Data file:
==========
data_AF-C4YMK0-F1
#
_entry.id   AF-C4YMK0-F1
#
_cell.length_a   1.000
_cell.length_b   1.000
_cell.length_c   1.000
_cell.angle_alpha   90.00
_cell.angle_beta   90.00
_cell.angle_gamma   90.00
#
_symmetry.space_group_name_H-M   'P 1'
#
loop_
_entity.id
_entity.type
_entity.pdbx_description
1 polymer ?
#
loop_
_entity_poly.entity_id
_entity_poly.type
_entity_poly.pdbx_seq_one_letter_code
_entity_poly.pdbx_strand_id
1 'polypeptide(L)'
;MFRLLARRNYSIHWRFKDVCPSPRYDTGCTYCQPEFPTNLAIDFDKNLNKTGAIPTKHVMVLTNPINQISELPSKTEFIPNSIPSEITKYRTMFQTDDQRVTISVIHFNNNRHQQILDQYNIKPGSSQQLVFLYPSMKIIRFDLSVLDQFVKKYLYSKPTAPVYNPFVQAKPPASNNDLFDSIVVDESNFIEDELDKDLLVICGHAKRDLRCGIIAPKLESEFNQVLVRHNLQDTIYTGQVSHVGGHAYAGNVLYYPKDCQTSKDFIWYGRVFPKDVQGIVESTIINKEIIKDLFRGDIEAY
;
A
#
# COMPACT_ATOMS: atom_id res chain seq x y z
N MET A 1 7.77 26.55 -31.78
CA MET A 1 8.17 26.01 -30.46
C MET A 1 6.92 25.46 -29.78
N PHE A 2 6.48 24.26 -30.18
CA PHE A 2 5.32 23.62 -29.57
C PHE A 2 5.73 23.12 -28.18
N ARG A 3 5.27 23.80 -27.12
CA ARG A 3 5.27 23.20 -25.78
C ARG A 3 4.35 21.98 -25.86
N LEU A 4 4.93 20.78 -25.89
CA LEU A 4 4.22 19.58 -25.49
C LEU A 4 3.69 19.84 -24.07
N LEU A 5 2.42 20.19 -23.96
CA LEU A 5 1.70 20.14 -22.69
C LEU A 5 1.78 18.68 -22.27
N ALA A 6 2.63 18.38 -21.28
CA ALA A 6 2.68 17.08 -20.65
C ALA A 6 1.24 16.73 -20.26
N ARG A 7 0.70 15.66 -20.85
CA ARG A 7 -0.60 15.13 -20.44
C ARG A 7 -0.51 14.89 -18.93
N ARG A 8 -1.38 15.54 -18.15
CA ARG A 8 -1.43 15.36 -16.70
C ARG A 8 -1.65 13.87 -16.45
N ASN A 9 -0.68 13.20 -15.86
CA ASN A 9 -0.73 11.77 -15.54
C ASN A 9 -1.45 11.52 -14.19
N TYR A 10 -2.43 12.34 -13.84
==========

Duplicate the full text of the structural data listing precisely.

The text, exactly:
data_AF-C4YMK0-F1
#
_entry.id   AF-C4YMK0-F1
#
_cell.length_a   1.000
_cell.length_b   1.000
_cell.length_c   1.000
_cell.angle_alpha   90.00
_cell.angle_beta   90.00
_cell.angle_gamma   90.00
#
_symmetry.space_group_name_H-M   'P 1'
#
loop_
_entity.id
_entity.type
_entity.pdbx_description
1 polymer ?
#
loop_
_entity_poly.entity_id
_entity_poly.type
_entity_poly.pdbx_seq_one_letter_code
_entity_poly.pdbx_strand_id
1 'polypeptide(L)'
;MFRLLARRNYSIHWRFKDVCPSPRYDTGCTYCQPEFPTNLAIDFDKNLNKTGAIPTKHVMVLTNPINQISELPSKTEFIPNSIPSEITKYRTMFQTDDQRVTISVIHFNNNRHQQILDQYNIKPGSSQQLVFLYPSMKIIRFDLSVLDQFVKKYLYSKPTAPVYNPFVQAKPPASNNDLFDSIVVDESNFIEDELDKDLLVICGHAKRDLRCGIIAPKLESEFNQVLVRHNLQDTIYTGQVSHVGGHAYAGNVLYYPKDCQTSKDFIWYGRVFPKDVQGIVESTIINKEIIKDLFRGDIEAY
;
A
#
# COMPACT_ATOMS: atom_id res chain seq x y z
N MET A 1 7.77 26.55 -31.78
CA MET A 1 8.17 26.01 -30.46
C MET A 1 6.92 25.46 -29.78
N PHE A 2 6.48 24.26 -30.18
CA PHE A 2 5.32 23.62 -29.57
C PHE A 2 5.73 23.12 -28.18
N ARG A 3 5.27 23.80 -27.12
CA ARG A 3 5.27 23.20 -25.78
C ARG A 3 4.35 21.98 -25.86
N LEU A 4 4.93 20.78 -25.89
CA LEU A 4 4.22 19.58 -25.49
C LEU A 4 3.69 19.84 -24.07
N LEU A 5 2.42 20.19 -23.96
CA LEU A 5 1.70 20.14 -22.69
C LEU A 5 1.78 18.68 -22.27
N ALA A 6 2.63 18.38 -21.28
CA ALA A 6 2.68 17.08 -20.65
C ALA A 6 1.24 16.73 -20.26
N ARG A 7 0.70 15.66 -20.85
CA ARG A 7 -0.60 15.13 -20.44
C ARG A 7 -0.51 14.89 -18.93
N ARG A 8 -1.38 15.54 -18.15
CA ARG A 8 -1.43 15.36 -16.70
C ARG A 8 -1.65 13.87 -16.45
N ASN A 9 -0.68 13.20 -15.86
CA ASN A 9 -0.73 11.77 -15.54
C ASN A 9 -1.45 11.52 -14.19
N TYR A 10 -2.43 12.34 -13.84